The Culture at the Tamanduá Farm
I arrived in São Paulo in 1974 directly from Paris, without speaking Portuguese, and with very negative images of Brazil, or believing in stupid clichés. Life in São Paulo was not easy when I didn’t have friends or the key to enjoying this rich and bustling city yet. Fortunately, I quickly found my way to a small café-bar near Consolação, called Jogral, where I had the opportunity to immerse myself in Brazilian popular music, with artists from all over the country, each more interesting and exciting than the other, even if I didn’t understand all the lyrics. Voices, rhythms, different instruments, everything conspired to give me a taste of this culture that is unknown both in Brazil and abroad.
I purchased the collection of Marcus Pereira’s records, who had begun his career by promoting an impressive series of records about Popular Music of the Northeast, and I soon fell in love. I also discovered the Movimento Armorial, by Ariano Suassuna and Cussy de Almeida, with unforgettable songs from the Quinteto Armorial, played in particular by Antônio Nóbrega, with his rebec, an instrument resurrected from the past popular music of the Northeast. To this day, I am a fan of Antônio Carlos and the Balé Brincante that he founded in São Paulo, following his steps.
The musical program of the Museum of Art of São Paulo, the MASP, also introduced jewels from the Northeast, and I remember seeing the Banda de Pífanos de Caruarú, with members of the Biano family, who were totally at ease on stage and told detailed stories about life in the northeastern sertão, accompanied by the rhythm of the fifes.
In 1977, after going on a long initial Jeep trip through the sertão of the Northeast in search of a farm where I could plant mocó cotton, which perennial and has long fibers, synonymous with quality, I found the Tamanduá Farm, in the semiarid region of Paraíba. The first musical contact I had was with violists and singers. At the doors of the City Market of Patos, there was always a pair of musicians, and quite often a pandeiro player. When I received the title of Citizen of Patos, I invited a pair to make that moment even more cheerful. We organized night full of song at the Farm and, in particular, one that was memorable, with the great poet-improviser Ivanildo Vilanova, one of the biggest names in Northeast music. He introduced his son, Iponax, a poet and declaimer, who recovered an artform that excited the young and the old with its double-meaning verses and rhyming stories.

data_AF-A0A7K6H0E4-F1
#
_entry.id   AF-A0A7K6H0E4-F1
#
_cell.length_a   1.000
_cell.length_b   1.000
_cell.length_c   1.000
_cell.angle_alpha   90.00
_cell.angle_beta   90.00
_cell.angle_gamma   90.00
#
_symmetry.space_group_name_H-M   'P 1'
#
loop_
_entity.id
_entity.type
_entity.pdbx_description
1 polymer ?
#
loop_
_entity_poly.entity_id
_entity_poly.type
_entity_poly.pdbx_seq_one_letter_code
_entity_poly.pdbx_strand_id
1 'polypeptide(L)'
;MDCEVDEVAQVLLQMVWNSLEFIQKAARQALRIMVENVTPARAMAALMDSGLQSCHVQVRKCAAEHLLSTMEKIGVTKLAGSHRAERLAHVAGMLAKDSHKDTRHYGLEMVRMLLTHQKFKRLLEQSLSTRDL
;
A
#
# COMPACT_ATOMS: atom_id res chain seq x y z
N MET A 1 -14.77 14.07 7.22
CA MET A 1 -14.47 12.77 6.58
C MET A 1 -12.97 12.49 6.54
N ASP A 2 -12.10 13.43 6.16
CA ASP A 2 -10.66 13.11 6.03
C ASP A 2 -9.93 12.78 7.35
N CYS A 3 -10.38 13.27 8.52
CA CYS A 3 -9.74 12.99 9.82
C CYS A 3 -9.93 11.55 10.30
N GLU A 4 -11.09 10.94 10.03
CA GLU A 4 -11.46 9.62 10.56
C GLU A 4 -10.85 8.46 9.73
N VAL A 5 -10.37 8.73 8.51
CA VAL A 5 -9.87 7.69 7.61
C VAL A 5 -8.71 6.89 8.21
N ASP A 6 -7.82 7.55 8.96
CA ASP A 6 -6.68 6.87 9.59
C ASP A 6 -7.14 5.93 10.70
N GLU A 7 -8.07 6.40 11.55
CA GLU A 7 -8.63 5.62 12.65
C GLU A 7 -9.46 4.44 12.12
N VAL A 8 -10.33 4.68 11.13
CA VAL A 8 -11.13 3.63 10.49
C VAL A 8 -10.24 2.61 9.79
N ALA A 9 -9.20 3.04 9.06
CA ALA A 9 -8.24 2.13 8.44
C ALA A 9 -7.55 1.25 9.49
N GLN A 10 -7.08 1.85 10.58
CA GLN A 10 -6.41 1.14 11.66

At the time, there was a radio show at Rádio Espinharas, at 6 am, which only played violists – it was called “Acorda, Sertão.” The day started with music and culture. An endless joy. I would rush to Serrita, PE, to attend the Missa do Vaqueiro, with the wonderful music by the Quinteto Violado, which I loved and met in concert in São Paulo.
But the cultural shock was the forró pé de serra, or traditional forró, defined and implemented in full by the amazing Luiz Gonzaga: accordion, zabumba and triangle. I had the opportunity to speak to him at the now-closed restaurant Rodeio de Boa Viagem, in Recife, and to watch him perform at the end of his life on top of a truck, in the main street of Patos, promoting the “Café Petinho, na lata!” How I miss this! With our herdsman Rúbens, a singer and triangle player, Nego Téu, a resident of the Tamanduá Farm and a zabumba player, and an accordion player from Patos, we founded the Trio Tamanduá. No event, birthday or party at the Farm was held without the famous Trio Tamanduá, which even gained international fame, and was invited to play at the Montreux Jazz Festival in 2008.
In 2007, aware of my love for forró, my Swiss friend Bernard Robert-Charrue talked to me about making a film about forró. We decided to focus on forró pé de serra, traditional, roots, with mostly known and even unknown musicians from Paraíba, such as Aleijadinho de Pombal, the Trio Tamanduá, the late Pinto do Acordeão, the Três do Nordeste, and Flávio José. We met the amazing accordion player Richard Galliano in a wattle-and-daub house on the Tamanduá Farm land. My friend Chico César did us the honor of telling the story of forró, with wonderful anecdotes and exceptional musical from in these duos, with Richard even naming the film “Paraíba, meu amor.” One of the most moving moments is the according conversation between Richard Galliano and Dominguinhos, who we met at São João de Campina Grande.
The film, screened at several international festivals, won the Golden Reel Award at the Tiburon Festival in California. Another great personality from the Northeast with whom I am friends is Alceu Valença. He was born in São Bento do Uma, PE, and is my neighbor in Olinda. The inventor of “forrock,” he would obviously please me, and I even had the joy and honor of presenting him at the Montreux Jazz Festival, pushed to the stage by its founder, Claude Nobs. Today, we have a great friendship.